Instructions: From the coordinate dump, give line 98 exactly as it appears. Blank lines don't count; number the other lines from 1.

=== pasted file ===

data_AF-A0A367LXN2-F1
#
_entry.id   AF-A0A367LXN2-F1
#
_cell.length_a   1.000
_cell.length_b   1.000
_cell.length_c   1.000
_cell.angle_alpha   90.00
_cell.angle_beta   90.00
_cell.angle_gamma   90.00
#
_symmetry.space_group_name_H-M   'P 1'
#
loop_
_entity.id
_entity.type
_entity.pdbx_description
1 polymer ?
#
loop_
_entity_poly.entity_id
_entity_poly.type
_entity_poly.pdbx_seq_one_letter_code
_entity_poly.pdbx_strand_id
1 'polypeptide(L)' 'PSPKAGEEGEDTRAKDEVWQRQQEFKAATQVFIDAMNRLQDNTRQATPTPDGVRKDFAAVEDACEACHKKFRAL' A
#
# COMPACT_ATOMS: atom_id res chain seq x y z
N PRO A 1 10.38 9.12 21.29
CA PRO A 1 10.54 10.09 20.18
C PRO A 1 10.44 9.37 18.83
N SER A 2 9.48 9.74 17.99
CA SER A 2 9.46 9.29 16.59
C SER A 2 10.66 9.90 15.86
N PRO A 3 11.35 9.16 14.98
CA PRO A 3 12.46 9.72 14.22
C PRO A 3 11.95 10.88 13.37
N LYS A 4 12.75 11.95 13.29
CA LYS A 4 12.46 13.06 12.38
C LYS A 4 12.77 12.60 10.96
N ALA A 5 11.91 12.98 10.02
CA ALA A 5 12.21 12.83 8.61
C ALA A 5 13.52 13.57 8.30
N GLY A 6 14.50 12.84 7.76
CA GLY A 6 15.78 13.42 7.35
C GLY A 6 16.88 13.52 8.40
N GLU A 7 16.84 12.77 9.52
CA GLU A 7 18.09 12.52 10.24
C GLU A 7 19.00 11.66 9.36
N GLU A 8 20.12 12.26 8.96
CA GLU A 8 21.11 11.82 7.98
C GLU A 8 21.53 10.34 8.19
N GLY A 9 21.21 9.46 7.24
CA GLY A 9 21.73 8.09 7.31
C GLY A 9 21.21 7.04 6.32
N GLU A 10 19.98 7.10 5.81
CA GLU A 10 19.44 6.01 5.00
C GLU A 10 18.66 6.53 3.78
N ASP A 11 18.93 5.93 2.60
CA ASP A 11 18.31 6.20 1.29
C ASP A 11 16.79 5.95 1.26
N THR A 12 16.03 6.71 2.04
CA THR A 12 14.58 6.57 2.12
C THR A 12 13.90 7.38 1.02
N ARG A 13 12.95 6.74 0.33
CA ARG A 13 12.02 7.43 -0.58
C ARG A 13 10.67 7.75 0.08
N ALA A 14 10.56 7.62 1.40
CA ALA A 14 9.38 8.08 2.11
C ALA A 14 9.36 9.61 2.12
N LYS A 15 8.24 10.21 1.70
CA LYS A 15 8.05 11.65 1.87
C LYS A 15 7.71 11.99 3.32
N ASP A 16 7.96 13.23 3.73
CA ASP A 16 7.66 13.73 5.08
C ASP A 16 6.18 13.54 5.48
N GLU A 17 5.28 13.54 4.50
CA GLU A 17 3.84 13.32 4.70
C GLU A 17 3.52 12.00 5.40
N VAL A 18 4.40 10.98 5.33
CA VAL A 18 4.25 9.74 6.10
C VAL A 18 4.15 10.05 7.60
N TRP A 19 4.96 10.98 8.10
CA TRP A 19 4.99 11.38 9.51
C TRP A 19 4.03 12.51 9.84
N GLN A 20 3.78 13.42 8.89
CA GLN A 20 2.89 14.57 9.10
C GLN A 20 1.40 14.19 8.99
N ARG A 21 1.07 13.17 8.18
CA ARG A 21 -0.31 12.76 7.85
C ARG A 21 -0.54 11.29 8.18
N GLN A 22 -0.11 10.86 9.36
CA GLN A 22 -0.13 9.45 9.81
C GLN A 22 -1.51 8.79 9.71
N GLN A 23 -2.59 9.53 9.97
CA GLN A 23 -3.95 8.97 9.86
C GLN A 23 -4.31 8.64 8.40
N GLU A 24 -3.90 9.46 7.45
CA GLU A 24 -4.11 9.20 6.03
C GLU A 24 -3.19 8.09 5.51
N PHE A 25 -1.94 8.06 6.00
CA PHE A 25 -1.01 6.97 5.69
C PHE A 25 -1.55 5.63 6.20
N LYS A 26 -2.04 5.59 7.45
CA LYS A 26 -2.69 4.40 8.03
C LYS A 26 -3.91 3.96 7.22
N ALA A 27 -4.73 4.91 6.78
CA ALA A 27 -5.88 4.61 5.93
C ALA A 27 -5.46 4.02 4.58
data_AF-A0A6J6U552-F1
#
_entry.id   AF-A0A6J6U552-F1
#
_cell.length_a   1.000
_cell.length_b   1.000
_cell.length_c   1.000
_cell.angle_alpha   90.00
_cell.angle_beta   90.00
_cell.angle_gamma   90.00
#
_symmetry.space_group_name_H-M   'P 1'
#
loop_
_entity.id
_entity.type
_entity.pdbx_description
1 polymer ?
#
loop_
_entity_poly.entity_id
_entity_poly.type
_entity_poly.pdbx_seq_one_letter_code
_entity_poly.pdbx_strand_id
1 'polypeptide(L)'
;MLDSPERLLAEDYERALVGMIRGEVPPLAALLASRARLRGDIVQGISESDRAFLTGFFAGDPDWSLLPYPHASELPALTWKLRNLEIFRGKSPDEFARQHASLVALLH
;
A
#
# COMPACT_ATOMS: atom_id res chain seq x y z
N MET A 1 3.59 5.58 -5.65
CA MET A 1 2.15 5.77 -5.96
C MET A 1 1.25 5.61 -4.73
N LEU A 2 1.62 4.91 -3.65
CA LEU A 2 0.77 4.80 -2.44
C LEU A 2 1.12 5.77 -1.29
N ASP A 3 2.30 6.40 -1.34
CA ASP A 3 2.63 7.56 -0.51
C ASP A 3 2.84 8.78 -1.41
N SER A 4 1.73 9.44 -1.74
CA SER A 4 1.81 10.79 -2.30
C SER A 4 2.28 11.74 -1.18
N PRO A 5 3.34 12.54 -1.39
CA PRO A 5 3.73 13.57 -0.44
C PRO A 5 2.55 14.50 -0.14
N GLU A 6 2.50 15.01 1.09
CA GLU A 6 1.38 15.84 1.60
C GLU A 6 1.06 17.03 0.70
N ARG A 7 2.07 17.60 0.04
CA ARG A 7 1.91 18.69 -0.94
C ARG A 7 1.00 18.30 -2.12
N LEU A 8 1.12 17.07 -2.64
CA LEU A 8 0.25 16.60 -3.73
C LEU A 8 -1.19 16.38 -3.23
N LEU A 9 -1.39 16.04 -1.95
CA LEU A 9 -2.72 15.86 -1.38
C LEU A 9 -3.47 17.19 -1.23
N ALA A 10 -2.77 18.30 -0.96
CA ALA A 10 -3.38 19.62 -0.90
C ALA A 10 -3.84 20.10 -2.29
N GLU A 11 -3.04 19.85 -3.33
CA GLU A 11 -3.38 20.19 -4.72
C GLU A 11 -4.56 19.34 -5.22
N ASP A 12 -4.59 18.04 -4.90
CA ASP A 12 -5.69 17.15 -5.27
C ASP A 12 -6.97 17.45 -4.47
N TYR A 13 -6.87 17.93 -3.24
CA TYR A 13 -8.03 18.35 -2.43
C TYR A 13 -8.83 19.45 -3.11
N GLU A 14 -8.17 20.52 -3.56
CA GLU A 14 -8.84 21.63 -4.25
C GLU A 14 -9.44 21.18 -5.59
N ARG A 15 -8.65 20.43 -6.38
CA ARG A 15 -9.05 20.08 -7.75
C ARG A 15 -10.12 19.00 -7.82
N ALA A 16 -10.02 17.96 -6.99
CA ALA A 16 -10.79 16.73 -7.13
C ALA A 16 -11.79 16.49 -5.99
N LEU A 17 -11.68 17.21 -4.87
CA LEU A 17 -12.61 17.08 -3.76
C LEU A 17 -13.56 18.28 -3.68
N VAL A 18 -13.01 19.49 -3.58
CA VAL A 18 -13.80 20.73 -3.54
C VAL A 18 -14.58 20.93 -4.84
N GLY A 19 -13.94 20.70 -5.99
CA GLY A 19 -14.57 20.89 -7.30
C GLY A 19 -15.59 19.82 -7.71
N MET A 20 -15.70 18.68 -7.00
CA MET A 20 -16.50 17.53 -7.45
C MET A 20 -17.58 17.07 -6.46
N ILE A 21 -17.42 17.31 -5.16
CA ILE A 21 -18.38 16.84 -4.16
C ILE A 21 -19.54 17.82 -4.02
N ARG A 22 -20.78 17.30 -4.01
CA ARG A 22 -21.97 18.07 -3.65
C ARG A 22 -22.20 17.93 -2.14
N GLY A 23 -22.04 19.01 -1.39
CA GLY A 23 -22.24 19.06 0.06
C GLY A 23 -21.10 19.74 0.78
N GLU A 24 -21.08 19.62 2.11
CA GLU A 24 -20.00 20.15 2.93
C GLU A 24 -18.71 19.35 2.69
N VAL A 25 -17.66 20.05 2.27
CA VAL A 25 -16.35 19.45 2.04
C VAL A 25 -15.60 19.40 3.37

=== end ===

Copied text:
CA GLU A 24 -4.11 9.20 6.03